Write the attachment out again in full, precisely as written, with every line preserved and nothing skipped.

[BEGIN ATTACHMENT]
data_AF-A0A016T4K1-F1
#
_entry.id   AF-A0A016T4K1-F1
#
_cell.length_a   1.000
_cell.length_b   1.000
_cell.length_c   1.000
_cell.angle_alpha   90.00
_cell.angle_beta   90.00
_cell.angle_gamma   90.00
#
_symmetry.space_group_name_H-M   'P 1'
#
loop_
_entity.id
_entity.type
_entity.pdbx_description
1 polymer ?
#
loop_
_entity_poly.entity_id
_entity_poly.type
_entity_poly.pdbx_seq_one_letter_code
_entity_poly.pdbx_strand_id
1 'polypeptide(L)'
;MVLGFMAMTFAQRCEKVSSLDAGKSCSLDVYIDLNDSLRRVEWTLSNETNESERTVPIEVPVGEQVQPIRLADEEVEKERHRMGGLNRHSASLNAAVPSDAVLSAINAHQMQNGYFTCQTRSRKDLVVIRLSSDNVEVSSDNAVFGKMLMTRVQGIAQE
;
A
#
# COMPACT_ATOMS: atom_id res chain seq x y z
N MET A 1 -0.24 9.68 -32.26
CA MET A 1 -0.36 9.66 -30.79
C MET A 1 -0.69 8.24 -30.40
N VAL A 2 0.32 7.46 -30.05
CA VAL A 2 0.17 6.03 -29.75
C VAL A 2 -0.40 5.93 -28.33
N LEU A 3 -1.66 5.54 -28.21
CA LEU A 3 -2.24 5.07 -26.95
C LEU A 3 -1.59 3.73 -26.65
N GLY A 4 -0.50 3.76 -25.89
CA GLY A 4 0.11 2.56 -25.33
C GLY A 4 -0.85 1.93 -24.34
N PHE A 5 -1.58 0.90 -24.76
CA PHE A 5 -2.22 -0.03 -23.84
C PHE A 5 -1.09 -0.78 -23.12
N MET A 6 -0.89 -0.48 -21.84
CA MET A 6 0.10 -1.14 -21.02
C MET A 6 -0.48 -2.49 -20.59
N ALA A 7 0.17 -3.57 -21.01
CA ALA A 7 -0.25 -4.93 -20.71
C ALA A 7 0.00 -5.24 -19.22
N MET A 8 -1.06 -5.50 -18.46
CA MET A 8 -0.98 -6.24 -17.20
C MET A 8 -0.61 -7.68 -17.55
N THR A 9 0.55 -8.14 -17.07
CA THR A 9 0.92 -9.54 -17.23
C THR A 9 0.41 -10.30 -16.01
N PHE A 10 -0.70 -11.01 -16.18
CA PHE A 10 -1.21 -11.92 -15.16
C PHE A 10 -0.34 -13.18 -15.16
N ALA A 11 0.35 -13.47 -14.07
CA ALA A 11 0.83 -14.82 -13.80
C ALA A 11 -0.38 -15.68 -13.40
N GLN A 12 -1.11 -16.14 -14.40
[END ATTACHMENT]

data_AF-A0A016T4K1-F1
#
_entry.id   AF-A0A016T4K1-F1
#
_cell.length_a   1.000
_cell.length_b   1.000
_cell.length_c   1.000
_cell.angle_alpha   90.00
_cell.angle_beta   90.00
_cell.angle_gamma   90.00
#
_symmetry.space_group_name_H-M   'P 1'
#
loop_
_entity.id
_entity.type
_entity.pdbx_description
1 polymer ?
#
loop_
_entity_poly.entity_id
_entity_poly.type
_entity_poly.pdbx_seq_one_letter_code
_entity_poly.pdbx_strand_id
1 'polypeptide(L)'
;MVLGFMAMTFAQRCEKVSSLDAGKSCSLDVYIDLNDSLRRVEWTLSNETNESERTVPIEVPVGEQVQPIRLADEEVEKERHRMGGLNRHSASLNAAVPSDAVLSAINAHQMQNGYFTCQTRSRKDLVVIRLSSDNVEVSSDNAVFGKMLMTRVQGIAQE
;
A
#
# COMPACT_ATOMS: atom_id res chain seq x y z
N MET A 1 -0.24 9.68 -32.26
CA MET A 1 -0.36 9.66 -30.79
C MET A 1 -0.69 8.24 -30.40
N VAL A 2 0.32 7.46 -30.05
CA VAL A 2 0.17 6.03 -29.75
C VAL A 2 -0.40 5.93 -28.33
N LEU A 3 -1.66 5.54 -28.21
CA LEU A 3 -2.24 5.07 -26.95
C LEU A 3 -1.59 3.73 -26.65
N GLY A 4 -0.50 3.76 -25.89
CA GLY A 4 0.11 2.56 -25.33
C GLY A 4 -0.85 1.93 -24.34
N PHE A 5 -1.58 0.90 -24.76
CA PHE A 5 -2.22 -0.03 -23.84
C PHE A 5 -1.09 -0.78 -23.12
N MET A 6 -0.89 -0.48 -21.84
CA MET A 6 0.10 -1.14 -21.02
C MET A 6 -0.48 -2.49 -20.59
N ALA A 7 0.17 -3.57 -21.01
CA ALA A 7 -0.25 -4.93 -20.71
C ALA A 7 0.00 -5.24 -19.22
N MET A 8 -1.06 -5.50 -18.46
CA MET A 8 -0.98 -6.24 -17.20
C MET A 8 -0.61 -7.68 -17.55
N THR A 9 0.55 -8.14 -17.07
CA THR A 9 0.92 -9.54 -17.23
C THR A 9 0.41 -10.30 -16.01
N PHE A 10 -0.70 -11.01 -16.18
CA PHE A 10 -1.21 -11.92 -15.16
C PHE A 10 -0.34 -13.18 -15.16
N ALA A 11 0.35 -13.47 -14.07
CA ALA A 11 0.83 -14.82 -13.80
C ALA A 11 -0.38 -15.68 -13.40
N GLN A 12 -1.11 -16.14 -14.40